ussoccer.com: This year you’ve played against three of the best forwards in the world -- Christine Sinclair, Marta and Abby Wambach -- in a ton of trainings for many hours. Compare and contrast their finishing styles.
AH: “[Christine Sinclair] is just phenomenal in front of the goal. She has a nose for the net. She looks for corners. You really have to put yourself in a very good position to make saves because she’s not going to hit it at you. Marta likes to put herself in one-v-one situations. She likes to be clever on the ball, but her trigger is super quick. It’s a matter of constantly being set and keeping your feet under you. She’s deceptive, and you can get caught leaning and cheating. When I think of playing against Abby, you always have to be aware of where she is in the box, especially on crosses. She will absolutely hunt the ball. You can’t be intimidated, you have to expect to get hit and you have to be ready to catch the ball at its highest point. Then again, she can hit a ball with both feet from outside the box. She has the ability to be unpredictable.”
ussoccer.com: Being a Florida girl, you were a big surfer in your younger days and still hit the waves when you can. How does surfing help your goalkeeping?
AH: “It’s a calming experience for me, being out there in the waves. Playing in such a high-stress environment in such a high-stress position, you have to have that place you can go to and be free. Being out in the ocean with endless water, I don’t think, I just enjoy being in that moment. That’s what I love most about being out there.”
ussoccer.com: You had a string of major injuries that almost defies belief, but it must be nice to now have been relatively injury free for the first long stretch since before college.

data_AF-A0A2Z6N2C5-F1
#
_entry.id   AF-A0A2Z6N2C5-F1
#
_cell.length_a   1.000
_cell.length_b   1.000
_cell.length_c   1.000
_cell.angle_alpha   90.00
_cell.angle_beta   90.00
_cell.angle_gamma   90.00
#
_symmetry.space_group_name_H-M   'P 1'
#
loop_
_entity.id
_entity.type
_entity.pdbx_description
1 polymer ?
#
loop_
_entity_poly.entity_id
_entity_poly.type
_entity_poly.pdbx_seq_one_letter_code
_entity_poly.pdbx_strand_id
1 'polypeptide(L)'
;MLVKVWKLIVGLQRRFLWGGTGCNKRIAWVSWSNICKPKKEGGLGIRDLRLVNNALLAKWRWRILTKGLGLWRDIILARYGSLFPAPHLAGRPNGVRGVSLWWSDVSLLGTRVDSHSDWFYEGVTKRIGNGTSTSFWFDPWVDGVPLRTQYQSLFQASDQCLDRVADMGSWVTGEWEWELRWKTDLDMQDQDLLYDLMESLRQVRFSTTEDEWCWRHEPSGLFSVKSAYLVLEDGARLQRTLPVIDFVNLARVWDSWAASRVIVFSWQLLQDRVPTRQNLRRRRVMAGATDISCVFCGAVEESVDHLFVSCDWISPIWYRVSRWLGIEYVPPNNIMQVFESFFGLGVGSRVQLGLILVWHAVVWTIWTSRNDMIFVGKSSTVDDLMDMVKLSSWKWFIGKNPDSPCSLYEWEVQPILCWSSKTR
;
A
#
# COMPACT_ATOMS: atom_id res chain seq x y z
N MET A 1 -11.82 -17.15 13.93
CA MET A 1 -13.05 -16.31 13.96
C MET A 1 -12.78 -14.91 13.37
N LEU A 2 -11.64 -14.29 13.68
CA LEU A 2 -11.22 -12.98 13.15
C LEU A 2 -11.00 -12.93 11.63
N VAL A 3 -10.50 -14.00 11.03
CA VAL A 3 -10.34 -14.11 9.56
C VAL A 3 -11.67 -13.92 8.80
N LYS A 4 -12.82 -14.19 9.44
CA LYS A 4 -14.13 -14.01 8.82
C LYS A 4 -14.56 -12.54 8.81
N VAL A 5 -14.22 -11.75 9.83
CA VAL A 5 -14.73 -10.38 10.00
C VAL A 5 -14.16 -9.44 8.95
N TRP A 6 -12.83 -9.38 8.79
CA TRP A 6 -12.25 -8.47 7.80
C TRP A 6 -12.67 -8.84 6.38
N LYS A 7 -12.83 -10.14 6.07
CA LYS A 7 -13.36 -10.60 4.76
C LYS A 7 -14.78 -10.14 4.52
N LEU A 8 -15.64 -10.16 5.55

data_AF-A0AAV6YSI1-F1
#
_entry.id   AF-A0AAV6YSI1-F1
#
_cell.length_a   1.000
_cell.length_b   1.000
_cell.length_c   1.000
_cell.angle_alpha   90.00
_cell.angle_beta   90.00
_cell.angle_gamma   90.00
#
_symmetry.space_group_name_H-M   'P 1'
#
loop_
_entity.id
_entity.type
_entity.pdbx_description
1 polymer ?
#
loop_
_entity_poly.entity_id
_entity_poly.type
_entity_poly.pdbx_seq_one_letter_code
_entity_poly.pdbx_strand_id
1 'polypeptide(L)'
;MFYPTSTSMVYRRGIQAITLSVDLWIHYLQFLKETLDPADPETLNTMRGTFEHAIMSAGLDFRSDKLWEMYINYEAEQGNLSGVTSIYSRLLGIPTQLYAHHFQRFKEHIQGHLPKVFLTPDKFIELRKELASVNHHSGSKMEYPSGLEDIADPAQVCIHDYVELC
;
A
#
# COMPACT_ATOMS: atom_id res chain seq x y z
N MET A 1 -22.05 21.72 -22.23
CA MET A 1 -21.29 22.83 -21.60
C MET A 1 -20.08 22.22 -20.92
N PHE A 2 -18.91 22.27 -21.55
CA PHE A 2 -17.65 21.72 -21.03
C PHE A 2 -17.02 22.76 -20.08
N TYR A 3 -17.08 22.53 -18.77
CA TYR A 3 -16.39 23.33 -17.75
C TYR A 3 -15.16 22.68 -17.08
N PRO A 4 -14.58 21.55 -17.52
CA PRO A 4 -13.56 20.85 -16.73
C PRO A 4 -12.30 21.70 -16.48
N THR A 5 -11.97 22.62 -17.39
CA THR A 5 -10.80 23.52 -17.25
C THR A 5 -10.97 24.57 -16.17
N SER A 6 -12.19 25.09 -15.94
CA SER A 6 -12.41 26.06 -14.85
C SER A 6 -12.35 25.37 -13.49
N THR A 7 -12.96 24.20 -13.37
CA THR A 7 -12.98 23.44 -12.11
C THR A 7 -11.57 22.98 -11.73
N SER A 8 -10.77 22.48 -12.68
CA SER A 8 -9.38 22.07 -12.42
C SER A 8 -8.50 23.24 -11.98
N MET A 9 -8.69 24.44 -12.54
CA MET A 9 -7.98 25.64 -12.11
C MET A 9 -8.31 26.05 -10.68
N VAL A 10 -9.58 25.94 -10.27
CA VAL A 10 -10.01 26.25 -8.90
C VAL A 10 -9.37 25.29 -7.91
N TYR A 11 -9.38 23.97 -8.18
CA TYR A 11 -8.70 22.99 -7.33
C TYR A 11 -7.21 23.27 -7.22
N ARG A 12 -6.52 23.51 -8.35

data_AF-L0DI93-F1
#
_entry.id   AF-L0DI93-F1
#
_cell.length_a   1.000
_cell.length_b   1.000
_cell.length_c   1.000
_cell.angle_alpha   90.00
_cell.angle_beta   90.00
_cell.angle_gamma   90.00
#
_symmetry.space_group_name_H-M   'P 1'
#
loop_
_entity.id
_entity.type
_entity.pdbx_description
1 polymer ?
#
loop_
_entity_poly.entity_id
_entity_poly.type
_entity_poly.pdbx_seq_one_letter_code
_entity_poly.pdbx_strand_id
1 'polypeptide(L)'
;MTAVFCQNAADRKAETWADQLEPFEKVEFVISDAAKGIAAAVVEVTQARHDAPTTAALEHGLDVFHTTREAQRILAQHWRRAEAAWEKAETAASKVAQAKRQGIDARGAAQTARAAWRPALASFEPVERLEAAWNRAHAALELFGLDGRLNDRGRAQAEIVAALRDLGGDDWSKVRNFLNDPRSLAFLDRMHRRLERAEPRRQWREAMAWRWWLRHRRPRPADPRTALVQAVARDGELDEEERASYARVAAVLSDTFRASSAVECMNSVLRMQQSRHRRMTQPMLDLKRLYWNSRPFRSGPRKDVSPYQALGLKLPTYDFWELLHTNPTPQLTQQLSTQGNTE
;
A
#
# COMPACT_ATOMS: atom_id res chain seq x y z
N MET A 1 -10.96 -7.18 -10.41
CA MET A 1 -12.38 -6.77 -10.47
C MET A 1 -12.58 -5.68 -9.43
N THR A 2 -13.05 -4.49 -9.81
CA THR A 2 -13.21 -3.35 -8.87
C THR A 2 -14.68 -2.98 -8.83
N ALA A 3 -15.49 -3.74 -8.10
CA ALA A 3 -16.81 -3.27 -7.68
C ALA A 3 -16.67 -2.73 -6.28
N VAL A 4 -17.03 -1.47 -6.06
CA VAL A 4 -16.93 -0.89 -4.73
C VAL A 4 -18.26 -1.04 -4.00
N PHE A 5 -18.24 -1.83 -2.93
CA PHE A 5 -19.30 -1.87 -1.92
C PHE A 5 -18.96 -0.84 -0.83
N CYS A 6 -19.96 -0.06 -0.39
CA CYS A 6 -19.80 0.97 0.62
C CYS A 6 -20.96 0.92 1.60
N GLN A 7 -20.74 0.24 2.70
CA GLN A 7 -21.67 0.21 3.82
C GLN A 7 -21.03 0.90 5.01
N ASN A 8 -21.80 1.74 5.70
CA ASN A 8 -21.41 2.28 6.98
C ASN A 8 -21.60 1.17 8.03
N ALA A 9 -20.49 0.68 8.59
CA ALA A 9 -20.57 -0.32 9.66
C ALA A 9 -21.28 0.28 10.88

AH: “I think that it’s about becoming a professional. Knowing what your body can take and what it can’t take. If I know my body is tired today, maybe I should do something a bit lighter or really focus on hitting the weights and doing injury prevention. Before, I thought I could do everything, and I thought I could make everyone happy. I thought I always could come back fast, but in the end it only served to hurt me, so learning how to be professional and take care of my body has been really valuable.”
ussoccer.com: Way back when you were the goalkeeper for the U.S. U-19 team that won the World Cup in 2002, you said your dream job was to be a bikini model. Is that still your dream job?
AH: “Absolutely. Who would not want that as a job? You get to go to Tahiti, lay on a beach and get someone to take pictures of you. It’s like a vacation 24/7.”
ussoccer.com: What’s the biggest challenge for a goalkeeper in the jump from college to the pros to the National Team?
AH: “It all comes down to experience. It’s about how many games you are in, how consistent you are and how you deal with the environment in which you have the one chance to be the hero and make one or two big saves that change a game. A mistake in training is not like a mistake in a game that makes the difference between being a starting goalkeeper and a back-up. Everyone can be great any given day in training, but in a game environment, that’s a whole different story.”
ussoccer.com: You always wear three-quarter length training sweats during practice. How come?
AH: “I’m a goalkeeper who likes to have as much of my skin covered as possible. We train so often that wearing shorts and short-sleeved shirts would completely tear my skin up and I just can’t deal with that when I’m trying to train at the highest level. Plus, if I do get that bikini shoot, I can’t have all those grass burns. It’s not cute.”